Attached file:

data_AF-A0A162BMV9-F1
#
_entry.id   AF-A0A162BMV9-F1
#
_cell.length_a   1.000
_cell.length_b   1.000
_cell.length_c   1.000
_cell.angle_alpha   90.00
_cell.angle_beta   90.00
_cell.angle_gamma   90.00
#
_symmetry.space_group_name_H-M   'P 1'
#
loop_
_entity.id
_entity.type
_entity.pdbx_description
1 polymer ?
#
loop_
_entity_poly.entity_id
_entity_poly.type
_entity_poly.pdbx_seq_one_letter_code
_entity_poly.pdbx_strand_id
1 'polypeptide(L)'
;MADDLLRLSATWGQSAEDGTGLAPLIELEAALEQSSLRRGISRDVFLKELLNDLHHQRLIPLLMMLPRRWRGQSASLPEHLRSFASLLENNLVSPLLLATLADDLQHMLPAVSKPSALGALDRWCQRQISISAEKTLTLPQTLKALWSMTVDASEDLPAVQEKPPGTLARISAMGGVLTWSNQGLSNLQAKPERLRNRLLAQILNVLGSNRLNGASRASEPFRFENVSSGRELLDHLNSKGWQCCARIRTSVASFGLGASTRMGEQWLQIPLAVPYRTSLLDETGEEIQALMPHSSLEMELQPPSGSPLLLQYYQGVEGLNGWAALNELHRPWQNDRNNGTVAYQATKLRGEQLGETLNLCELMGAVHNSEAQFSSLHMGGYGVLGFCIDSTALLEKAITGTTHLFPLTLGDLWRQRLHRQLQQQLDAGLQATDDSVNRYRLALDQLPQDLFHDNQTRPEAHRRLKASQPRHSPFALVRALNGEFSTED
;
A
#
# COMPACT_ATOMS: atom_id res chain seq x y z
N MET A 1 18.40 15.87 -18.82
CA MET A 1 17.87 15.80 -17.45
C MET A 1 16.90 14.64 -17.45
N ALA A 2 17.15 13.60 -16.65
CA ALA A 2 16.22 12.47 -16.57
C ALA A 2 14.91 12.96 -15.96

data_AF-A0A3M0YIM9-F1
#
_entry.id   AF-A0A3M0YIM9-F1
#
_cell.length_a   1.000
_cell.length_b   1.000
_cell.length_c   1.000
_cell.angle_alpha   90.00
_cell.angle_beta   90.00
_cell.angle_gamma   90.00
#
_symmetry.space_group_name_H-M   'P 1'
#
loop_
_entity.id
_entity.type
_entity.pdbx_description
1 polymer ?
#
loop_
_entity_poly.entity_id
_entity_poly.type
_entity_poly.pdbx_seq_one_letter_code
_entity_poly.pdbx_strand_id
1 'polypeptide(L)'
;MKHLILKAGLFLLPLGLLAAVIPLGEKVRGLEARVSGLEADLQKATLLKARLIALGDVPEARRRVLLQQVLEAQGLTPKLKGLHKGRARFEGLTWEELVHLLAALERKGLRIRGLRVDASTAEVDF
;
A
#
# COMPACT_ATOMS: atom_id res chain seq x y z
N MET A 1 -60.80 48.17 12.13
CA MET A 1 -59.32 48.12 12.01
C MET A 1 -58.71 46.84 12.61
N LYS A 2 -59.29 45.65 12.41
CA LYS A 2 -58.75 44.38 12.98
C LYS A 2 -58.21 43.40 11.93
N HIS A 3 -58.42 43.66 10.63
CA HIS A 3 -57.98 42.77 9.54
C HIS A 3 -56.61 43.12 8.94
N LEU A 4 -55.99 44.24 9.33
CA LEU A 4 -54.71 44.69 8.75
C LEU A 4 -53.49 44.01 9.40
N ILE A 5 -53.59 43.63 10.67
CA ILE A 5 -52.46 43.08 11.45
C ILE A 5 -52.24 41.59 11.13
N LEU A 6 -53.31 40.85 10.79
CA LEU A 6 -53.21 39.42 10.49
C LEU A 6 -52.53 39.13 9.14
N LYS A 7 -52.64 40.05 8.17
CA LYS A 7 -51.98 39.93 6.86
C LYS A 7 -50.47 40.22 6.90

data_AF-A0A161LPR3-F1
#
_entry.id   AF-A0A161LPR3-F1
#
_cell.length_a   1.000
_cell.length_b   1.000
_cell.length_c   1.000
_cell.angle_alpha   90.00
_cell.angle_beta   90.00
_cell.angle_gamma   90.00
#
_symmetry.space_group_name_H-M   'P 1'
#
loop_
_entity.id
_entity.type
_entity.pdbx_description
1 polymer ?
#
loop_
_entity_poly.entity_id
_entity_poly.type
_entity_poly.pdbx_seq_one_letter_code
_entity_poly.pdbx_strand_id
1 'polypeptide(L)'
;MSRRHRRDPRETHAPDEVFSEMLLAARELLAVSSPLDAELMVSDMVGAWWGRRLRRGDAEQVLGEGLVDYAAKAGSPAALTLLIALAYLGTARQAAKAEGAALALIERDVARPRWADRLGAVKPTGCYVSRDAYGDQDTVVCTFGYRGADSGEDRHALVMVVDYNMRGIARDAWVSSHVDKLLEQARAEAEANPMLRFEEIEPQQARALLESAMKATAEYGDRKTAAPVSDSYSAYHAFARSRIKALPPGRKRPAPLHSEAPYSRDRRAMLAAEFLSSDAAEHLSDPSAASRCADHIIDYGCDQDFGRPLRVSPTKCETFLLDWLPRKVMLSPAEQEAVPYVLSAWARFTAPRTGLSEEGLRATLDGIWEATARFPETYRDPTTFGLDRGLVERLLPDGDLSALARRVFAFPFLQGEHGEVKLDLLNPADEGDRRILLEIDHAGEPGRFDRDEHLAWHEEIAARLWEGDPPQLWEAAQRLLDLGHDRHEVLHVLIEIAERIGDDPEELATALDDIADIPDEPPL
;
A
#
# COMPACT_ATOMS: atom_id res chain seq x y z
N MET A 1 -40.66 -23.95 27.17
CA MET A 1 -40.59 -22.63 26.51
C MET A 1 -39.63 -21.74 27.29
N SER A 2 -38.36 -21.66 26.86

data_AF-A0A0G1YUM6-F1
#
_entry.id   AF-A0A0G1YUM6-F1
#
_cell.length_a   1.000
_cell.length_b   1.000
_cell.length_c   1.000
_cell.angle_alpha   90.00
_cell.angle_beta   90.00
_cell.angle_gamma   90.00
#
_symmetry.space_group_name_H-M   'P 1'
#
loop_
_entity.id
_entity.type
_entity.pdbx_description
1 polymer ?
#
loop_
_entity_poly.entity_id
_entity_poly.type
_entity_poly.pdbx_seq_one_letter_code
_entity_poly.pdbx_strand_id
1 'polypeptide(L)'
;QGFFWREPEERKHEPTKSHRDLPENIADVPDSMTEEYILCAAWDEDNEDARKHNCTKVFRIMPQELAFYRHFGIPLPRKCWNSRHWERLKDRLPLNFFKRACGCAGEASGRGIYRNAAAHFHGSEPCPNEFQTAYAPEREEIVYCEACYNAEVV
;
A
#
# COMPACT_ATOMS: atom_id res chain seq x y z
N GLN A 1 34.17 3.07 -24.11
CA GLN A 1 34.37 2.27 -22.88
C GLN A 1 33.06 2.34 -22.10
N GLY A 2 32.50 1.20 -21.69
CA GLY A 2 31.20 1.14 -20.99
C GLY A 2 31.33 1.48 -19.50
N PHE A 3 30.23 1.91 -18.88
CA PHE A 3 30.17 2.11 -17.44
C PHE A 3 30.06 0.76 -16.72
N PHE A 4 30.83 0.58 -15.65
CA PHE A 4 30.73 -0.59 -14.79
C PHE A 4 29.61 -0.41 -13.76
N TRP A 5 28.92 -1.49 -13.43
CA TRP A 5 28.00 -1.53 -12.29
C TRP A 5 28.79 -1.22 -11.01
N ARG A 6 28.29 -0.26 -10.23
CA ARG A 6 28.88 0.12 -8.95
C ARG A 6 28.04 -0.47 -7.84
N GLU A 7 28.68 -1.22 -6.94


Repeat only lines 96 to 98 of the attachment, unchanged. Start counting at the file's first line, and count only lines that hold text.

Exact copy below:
_cell.angle_beta   90.00
_cell.angle_gamma   90.00
#